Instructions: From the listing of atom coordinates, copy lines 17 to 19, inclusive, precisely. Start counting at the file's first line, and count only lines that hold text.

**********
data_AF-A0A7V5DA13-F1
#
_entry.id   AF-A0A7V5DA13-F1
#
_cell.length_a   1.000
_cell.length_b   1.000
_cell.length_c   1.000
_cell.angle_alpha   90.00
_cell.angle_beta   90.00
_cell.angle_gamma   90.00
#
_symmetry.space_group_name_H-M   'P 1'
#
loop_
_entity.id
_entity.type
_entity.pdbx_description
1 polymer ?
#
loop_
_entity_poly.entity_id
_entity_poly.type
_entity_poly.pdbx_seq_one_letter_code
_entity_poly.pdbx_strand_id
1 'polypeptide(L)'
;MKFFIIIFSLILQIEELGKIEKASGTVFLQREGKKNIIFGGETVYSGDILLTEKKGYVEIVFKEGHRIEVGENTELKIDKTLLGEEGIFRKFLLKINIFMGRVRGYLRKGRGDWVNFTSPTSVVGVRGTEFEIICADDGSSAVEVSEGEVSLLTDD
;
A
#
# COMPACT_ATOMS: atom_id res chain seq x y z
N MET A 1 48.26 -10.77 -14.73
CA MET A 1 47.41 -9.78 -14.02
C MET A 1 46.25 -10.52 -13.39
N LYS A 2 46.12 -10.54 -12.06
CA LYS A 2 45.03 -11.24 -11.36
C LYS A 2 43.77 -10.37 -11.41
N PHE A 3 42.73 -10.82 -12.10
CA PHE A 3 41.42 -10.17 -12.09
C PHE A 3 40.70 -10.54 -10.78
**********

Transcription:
_entity.pdbx_description
1 polymer ?
#